This morning in my devotional time, I read Psalm 22. Not your traditional Christmas reading. In fact, it seems much more suited to Good Friday.
In this psalm, David laments the suffering he is experiencing and cries out for God to hear and help him. The opening words of the Psalm set the tone: “My God, my God, why have you forsaken me?” (Psalm 22:1).
Jesus takes these words as his own when dying on the cross: “And about the ninth hour Jesus cried out with a loud voice, saying, ‘Eli, Eli, lema sabachthani?’ that is, ‘My God, my God, why have you forsaken me?” (Matthew 27:46).
Psalm 22 foreshadows what Jesus would experience on the cross. Listen to these lines from the psalm:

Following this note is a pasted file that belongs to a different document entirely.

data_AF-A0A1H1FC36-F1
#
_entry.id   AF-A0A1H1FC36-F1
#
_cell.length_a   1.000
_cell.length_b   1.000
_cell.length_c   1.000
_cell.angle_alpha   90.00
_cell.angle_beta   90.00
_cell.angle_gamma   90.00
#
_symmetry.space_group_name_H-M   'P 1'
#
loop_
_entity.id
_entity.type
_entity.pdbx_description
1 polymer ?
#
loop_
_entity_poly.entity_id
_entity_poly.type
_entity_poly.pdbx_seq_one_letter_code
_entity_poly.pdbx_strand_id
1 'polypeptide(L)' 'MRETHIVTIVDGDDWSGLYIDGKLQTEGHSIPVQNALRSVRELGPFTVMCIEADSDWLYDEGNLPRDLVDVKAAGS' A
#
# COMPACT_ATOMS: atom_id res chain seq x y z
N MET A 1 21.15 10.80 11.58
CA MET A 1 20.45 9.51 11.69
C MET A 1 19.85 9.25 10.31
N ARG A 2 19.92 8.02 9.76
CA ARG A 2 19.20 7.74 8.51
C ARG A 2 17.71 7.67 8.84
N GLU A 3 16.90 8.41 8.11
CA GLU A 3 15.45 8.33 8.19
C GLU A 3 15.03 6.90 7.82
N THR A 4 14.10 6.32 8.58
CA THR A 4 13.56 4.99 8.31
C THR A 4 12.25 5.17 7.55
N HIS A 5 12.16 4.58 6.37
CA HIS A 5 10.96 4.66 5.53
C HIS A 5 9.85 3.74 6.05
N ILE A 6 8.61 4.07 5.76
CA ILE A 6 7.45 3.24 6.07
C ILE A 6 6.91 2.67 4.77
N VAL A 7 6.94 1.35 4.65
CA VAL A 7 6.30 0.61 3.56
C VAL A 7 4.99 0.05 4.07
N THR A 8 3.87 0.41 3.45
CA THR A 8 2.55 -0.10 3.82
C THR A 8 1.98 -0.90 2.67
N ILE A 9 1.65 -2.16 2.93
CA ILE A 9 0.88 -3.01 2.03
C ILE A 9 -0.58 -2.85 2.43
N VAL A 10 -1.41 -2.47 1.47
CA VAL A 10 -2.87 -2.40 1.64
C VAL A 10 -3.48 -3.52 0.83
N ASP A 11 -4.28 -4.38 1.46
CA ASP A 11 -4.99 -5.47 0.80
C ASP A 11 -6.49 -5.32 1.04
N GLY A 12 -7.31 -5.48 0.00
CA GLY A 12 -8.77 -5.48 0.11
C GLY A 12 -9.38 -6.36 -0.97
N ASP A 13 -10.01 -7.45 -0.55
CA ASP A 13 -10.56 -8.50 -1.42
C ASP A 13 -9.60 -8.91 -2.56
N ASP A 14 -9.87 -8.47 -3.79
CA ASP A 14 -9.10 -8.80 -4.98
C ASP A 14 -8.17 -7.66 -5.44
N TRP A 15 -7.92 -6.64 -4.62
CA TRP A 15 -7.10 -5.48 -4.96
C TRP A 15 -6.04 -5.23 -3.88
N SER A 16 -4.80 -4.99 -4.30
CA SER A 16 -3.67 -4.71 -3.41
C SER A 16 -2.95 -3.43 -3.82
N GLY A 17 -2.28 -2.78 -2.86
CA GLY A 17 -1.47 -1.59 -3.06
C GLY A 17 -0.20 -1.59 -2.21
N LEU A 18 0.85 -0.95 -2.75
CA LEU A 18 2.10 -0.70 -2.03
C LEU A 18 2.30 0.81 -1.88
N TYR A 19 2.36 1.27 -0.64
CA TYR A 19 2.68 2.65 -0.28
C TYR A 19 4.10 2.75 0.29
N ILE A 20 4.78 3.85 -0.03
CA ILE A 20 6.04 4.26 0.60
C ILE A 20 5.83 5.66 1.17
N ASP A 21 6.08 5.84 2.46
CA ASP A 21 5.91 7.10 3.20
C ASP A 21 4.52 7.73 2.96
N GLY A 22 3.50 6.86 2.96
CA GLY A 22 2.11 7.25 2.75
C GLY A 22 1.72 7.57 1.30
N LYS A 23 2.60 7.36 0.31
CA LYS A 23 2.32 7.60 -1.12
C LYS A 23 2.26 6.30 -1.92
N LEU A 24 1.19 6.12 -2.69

“All who see me mock me; they make mouths at me; they wag their heads; ‘He trusts in the Lord; let him deliver him; let him rescue him for he delights in him” (7-8; compare Matt. 27:39-44).
“I am poured out like water and all my bones are out of joint” (14).
“they have pierced my hands and feet” (16).
“they divide my garments among them, and for my clothing they cast lots” (18; Matt. 27:35).
So why read this psalm at Christmas time?
Precisely because you cannot understand Christmas without understanding Good Friday. Christmas is filled with glory, but it’s also shadowed by the cross. Jesus was born to die as a sacrifice for the sins of the world (1 John 2:2). That’s why John the Baptist could cry out, “Behold the Lamb of God who takes away the sin of the world” (John 1:29).
Several years ago, Andrew Peterson released a Christmas CD entitled, Behold the Lamb of God. It puts Christmas in its larger context. One of my favourite songs on the CD is the one below. It reminds me why Jesus was born in Bethlehem: “to save his people from their sin” (Matt. 1:21)